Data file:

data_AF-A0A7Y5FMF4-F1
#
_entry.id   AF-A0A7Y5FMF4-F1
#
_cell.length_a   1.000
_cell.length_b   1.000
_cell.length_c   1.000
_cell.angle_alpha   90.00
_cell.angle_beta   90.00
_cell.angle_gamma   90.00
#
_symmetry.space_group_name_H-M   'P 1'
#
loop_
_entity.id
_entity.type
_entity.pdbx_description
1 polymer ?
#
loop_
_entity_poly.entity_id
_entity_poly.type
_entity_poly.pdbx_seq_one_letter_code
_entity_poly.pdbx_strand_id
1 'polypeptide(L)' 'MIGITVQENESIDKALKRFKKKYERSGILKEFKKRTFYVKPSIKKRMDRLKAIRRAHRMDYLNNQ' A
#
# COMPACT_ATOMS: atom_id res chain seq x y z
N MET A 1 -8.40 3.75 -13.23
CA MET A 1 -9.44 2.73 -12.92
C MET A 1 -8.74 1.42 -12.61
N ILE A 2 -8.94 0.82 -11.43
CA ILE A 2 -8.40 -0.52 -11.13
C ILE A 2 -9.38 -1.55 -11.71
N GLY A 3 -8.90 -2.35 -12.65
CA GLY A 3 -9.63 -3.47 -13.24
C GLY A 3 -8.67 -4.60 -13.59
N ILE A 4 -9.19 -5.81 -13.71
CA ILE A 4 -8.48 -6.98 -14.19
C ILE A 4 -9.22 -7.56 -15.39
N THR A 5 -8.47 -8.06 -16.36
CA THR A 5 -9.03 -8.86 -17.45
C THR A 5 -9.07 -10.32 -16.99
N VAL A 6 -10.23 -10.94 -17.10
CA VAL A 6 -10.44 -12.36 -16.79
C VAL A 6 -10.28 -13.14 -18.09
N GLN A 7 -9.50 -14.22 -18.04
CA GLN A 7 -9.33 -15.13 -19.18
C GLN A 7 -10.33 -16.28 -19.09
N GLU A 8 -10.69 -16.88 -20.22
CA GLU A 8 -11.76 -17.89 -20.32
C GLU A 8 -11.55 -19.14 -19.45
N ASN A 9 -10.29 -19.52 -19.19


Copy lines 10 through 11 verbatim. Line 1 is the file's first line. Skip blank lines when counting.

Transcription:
_cell.angle_gamma   90.00
#